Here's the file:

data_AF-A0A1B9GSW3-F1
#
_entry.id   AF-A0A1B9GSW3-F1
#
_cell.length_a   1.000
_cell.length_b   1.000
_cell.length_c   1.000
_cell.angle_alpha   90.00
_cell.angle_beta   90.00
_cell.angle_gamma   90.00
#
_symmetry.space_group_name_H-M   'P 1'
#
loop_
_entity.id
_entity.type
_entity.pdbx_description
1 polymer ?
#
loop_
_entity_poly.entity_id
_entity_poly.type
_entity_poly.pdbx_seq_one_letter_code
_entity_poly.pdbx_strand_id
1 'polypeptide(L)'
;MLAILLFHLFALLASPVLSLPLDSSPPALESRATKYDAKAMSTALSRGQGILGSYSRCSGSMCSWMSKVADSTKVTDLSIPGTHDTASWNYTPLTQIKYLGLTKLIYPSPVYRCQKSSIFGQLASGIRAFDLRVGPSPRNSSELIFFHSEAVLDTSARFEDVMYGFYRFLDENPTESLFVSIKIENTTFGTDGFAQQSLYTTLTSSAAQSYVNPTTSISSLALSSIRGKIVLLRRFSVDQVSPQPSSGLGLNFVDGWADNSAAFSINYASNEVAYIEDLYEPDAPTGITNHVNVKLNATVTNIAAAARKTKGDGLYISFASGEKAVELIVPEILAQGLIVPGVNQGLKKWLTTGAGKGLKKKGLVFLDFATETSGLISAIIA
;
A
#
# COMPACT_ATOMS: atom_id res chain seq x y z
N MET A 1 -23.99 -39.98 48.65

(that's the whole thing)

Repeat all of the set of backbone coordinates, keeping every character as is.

data_AF-A0A1B9GSW3-F1
#
_entry.id   AF-A0A1B9GSW3-F1
#
_cell.length_a   1.000
_cell.length_b   1.000
_cell.length_c   1.000
_cell.angle_alpha   90.00
_cell.angle_beta   90.00
_cell.angle_gamma   90.00
#
_symmetry.space_group_name_H-M   'P 1'
#
loop_
_entity.id
_entity.type
_entity.pdbx_description
1 polymer ?
#
loop_
_entity_poly.entity_id
_entity_poly.type
_entity_poly.pdbx_seq_one_letter_code
_entity_poly.pdbx_strand_id
1 'polypeptide(L)'
;MLAILLFHLFALLASPVLSLPLDSSPPALESRATKYDAKAMSTALSRGQGILGSYSRCSGSMCSWMSKVADSTKVTDLSIPGTHDTASWNYTPLTQIKYLGLTKLIYPSPVYRCQKSSIFGQLASGIRAFDLRVGPSPRNSSELIFFHSEAVLDTSARFEDVMYGFYRFLDENPTESLFVSIKIENTTFGTDGFAQQSLYTTLTSSAAQSYVNPTTSISSLALSSIRGKIVLLRRFSVDQVSPQPSSGLGLNFVDGWADNSAAFSINYASNEVAYIEDLYEPDAPTGITNHVNVKLNATVTNIAAAARKTKGDGLYISFASGEKAVELIVPEILAQGLIVPGVNQGLKKWLTTGAGKGLKKKGLVFLDFATETSGLISAIIA
;
A
#
# COMPACT_ATOMS: atom_id res chain seq x y z
N MET A 1 -23.99 -39.98 48.65